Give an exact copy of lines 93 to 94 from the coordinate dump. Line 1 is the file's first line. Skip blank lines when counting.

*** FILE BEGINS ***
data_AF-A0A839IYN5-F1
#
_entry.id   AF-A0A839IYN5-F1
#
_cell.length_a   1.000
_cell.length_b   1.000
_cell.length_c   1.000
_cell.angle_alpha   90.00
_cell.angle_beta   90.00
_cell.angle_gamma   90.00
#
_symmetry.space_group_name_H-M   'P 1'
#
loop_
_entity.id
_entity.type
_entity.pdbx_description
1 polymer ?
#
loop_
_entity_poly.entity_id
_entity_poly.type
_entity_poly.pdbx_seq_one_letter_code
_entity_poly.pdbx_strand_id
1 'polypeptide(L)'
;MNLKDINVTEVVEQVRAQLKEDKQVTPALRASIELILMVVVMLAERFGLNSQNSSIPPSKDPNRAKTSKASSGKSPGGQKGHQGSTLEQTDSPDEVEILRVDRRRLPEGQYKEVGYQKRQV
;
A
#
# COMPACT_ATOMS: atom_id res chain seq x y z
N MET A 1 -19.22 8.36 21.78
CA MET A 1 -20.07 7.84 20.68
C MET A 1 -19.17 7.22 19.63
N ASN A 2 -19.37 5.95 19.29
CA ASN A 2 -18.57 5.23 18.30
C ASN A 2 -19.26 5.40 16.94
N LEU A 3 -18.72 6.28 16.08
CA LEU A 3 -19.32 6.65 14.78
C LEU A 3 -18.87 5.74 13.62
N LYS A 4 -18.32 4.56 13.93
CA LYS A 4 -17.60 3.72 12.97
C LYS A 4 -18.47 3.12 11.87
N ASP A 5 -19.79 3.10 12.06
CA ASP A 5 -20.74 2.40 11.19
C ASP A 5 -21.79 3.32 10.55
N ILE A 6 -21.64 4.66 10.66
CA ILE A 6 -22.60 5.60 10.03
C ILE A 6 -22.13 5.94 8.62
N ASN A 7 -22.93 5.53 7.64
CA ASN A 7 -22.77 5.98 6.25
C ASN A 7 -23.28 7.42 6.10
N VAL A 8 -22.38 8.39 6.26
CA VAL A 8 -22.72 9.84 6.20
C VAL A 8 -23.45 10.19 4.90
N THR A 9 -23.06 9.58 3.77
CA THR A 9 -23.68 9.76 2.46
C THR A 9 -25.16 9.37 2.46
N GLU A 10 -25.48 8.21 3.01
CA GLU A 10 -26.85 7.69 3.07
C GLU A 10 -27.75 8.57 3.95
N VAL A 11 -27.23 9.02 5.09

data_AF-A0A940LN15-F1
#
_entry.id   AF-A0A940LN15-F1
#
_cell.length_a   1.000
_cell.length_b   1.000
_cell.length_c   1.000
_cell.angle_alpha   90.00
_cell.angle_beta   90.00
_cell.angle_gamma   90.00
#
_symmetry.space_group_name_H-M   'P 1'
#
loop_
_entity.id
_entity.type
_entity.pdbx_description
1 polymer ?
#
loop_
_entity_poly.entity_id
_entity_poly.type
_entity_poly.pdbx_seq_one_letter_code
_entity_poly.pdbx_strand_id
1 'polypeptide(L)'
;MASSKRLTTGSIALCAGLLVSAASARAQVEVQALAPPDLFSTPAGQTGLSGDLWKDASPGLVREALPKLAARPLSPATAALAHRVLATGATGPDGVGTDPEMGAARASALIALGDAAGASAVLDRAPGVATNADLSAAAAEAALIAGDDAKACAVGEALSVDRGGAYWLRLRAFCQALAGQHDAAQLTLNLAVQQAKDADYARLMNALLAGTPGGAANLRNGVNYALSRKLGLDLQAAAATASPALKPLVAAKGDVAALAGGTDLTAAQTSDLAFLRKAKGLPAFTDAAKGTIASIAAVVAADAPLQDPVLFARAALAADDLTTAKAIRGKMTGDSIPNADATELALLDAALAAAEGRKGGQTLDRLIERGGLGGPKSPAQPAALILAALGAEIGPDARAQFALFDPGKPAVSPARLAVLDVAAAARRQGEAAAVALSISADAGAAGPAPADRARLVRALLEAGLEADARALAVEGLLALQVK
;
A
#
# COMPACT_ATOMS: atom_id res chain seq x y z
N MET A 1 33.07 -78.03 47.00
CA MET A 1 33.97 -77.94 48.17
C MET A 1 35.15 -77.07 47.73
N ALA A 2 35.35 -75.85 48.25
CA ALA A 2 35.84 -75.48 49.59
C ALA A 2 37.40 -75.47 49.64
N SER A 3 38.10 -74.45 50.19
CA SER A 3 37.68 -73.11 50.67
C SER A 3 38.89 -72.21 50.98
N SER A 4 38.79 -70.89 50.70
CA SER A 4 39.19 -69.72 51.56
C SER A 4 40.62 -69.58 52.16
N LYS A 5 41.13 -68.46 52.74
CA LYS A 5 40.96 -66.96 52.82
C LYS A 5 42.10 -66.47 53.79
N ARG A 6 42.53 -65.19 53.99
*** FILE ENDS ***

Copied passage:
CA MET A 1 33.97 -77.94 48.17
C MET A 1 35.15 -77.07 47.73